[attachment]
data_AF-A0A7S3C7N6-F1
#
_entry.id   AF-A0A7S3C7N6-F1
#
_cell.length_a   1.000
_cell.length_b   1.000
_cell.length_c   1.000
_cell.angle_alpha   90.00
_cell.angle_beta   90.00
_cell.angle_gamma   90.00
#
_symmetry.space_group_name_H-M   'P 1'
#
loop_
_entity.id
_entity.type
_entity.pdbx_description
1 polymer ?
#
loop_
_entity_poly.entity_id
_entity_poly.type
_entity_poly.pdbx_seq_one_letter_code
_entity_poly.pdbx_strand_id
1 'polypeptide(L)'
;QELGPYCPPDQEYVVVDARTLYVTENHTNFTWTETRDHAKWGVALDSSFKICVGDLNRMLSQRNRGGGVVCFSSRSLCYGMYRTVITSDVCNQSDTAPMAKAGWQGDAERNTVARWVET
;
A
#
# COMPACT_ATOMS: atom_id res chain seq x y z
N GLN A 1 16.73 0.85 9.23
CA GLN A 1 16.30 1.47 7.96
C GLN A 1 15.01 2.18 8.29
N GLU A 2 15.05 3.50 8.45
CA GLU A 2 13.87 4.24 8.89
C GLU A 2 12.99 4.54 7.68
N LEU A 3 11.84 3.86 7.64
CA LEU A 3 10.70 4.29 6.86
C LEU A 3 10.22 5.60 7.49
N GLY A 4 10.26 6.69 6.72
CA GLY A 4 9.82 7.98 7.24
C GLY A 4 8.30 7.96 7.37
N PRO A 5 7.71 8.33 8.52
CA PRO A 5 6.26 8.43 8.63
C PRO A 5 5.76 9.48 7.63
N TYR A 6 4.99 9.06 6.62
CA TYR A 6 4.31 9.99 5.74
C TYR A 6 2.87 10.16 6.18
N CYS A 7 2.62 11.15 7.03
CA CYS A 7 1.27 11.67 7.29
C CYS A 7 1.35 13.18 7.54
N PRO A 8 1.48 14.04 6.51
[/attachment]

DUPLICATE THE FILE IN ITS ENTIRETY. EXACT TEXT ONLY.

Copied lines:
data_AF-A0A7S3C7N6-F1
#
_entry.id   AF-A0A7S3C7N6-F1
#
_cell.length_a   1.000
_cell.length_b   1.000
_cell.length_c   1.000
_cell.angle_alpha   90.00
_cell.angle_beta   90.00
_cell.angle_gamma   90.00
#
_symmetry.space_group_name_H-M   'P 1'
#
loop_
_entity.id
_entity.type
_entity.pdbx_description
1 polymer ?
#
loop_
_entity_poly.entity_id
_entity_poly.type
_entity_poly.pdbx_seq_one_letter_code
_entity_poly.pdbx_strand_id
1 'polypeptide(L)'
;QELGPYCPPDQEYVVVDARTLYVTENHTNFTWTETRDHAKWGVALDSSFKICVGDLNRMLSQRNRGGGVVCFSSRSLCYGMYRTVITSDVCNQSDTAPMAKAGWQGDAERNTVARWVET
;
A
#
# COMPACT_ATOMS: atom_id res chain seq x y z
N GLN A 1 16.73 0.85 9.23
CA GLN A 1 16.30 1.47 7.96
C GLN A 1 15.01 2.18 8.29
N GLU A 2 15.05 3.50 8.45
CA GLU A 2 13.87 4.24 8.89
C GLU A 2 12.99 4.54 7.68
N LEU A 3 11.84 3.86 7.64
CA LEU A 3 10.70 4.29 6.86
C LEU A 3 10.22 5.60 7.49
N GLY A 4 10.26 6.69 6.72
CA GLY A 4 9.82 7.98 7.24
C GLY A 4 8.30 7.96 7.37
N PRO A 5 7.71 8.33 8.52
CA PRO A 5 6.26 8.43 8.63
C PRO A 5 5.76 9.48 7.63
N TYR A 6 4.99 9.06 6.62
CA TYR A 6 4.31 9.99 5.74
C TYR A 6 2.87 10.16 6.18
N CYS A 7 2.62 11.15 7.03
CA CYS A 7 1.27 11.67 7.29
C CYS A 7 1.35 13.18 7.54
N PRO A 8 1.48 14.04 6.51